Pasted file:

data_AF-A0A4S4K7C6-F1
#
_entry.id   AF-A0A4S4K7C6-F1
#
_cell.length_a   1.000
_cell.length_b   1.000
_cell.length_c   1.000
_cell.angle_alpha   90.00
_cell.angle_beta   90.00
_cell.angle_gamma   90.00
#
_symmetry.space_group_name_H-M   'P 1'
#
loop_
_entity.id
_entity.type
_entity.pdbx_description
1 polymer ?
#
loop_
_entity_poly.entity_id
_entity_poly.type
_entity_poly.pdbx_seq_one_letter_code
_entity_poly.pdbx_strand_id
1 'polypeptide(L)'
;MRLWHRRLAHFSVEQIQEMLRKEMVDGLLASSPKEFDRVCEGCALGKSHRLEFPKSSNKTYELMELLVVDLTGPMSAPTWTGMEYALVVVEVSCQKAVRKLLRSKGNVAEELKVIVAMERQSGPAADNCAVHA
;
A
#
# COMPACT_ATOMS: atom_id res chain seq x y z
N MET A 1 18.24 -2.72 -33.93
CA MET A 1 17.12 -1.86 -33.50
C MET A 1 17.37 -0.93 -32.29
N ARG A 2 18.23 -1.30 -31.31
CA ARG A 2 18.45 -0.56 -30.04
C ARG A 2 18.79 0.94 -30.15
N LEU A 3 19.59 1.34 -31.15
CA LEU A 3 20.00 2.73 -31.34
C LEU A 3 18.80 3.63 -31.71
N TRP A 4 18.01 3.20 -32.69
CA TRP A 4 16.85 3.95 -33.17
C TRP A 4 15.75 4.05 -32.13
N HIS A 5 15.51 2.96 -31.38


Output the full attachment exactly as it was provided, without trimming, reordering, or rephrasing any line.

data_AF-A0A4S4K7C6-F1
#
_entry.id   AF-A0A4S4K7C6-F1
#
_cell.length_a   1.000
_cell.length_b   1.000
_cell.length_c   1.000
_cell.angle_alpha   90.00
_cell.angle_beta   90.00
_cell.angle_gamma   90.00
#
_symmetry.space_group_name_H-M   'P 1'
#
loop_
_entity.id
_entity.type
_entity.pdbx_description
1 polymer ?
#
loop_
_entity_poly.entity_id
_entity_poly.type
_entity_poly.pdbx_seq_one_letter_code
_entity_poly.pdbx_strand_id
1 'polypeptide(L)'
;MRLWHRRLAHFSVEQIQEMLRKEMVDGLLASSPKEFDRVCEGCALGKSHRLEFPKSSNKTYELMELLVVDLTGPMSAPTWTGMEYALVVVEVSCQKAVRKLLRSKGNVAEELKVIVAMERQSGPAADNCAVHA
;
A
#
# COMPACT_ATOMS: atom_id res chain seq x y z
N MET A 1 18.24 -2.72 -33.93
CA MET A 1 17.12 -1.86 -33.50
C MET A 1 17.37 -0.93 -32.29
N ARG A 2 18.23 -1.30 -31.31
CA ARG A 2 18.45 -0.56 -30.04
C ARG A 2 18.79 0.94 -30.15
N LEU A 3 19.59 1.34 -31.15
CA LEU A 3 20.00 2.73 -31.34
C LEU A 3 18.80 3.63 -31.71
N TRP A 4 18.01 3.20 -32.69
CA TRP A 4 16.85 3.95 -33.17
C TRP A 4 15.75 4.05 -32.13
N HIS A 5 15.51 2.96 -31.38